1. Sounds like fun … international schools here cost around 30 to 40 thousand USD a year (but are free if you work at them …….maybe a future option.) … we chose local schools … but a friend has home schooled her 5 kids …. and they are all in Uni now etc … lot of folks overseas home school … so it can be done … thanks for the updates … family life revolves around school for the kids when they are school age … 🙂

  2. I am SO glad you’ve included a lesson in Personal Finance. These days, more than ever, it’s so important for children to start learning about it at a young age. Bravo for diving into this adventure with Faith. Give it time. There will be bumps in the road but it will get easier. An old neighbor of ours homeschooled their daughter & she’s doing great in college now. How do you teach her Spanish? I assume all 3 of you are taking that lesson together! Good family activity! Keep up the good work. Love reading about all of your experiences. Thanx for sharing!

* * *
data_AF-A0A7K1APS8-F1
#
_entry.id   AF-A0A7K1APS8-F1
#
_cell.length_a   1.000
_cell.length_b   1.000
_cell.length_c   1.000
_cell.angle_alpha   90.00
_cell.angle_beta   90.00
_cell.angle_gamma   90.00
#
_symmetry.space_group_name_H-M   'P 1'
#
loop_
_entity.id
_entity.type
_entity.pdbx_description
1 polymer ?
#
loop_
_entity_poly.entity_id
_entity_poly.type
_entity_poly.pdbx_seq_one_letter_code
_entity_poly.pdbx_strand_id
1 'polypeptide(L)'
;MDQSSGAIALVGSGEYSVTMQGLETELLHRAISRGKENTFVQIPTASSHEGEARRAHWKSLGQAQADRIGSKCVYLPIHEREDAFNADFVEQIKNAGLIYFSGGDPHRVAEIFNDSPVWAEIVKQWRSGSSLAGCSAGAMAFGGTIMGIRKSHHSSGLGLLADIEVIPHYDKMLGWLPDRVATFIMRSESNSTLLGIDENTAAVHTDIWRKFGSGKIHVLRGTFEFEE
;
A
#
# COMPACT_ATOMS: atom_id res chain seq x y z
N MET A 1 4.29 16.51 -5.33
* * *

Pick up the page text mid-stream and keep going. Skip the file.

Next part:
1. Right now, Faith’s using Duolingo and Drops as part of her Spanish lessons. Duolingo provides the ability to assign lessons as well which makes it a little easier. She’s also getting a good opportunity to talk to other folks here in Spanish, which will be the real teaching experience. Lisa and I are also using those apps for studying (and I’m also using Memrise). I have a head start though because of the Spanish classes I took in high school.

    2. That is what I thought too! Perhaps add a lesson on entrepreneurship and other essential life skills. On the Spanish, you can focus on grammar and life in Panama will teach her the vocabulary.

  3. Congrats on a successful first week of home-schooling! I’m really looking forward to hearing how it goes over the course of the year.
    Great that you’re already playing math games and making it fun — fun is the key.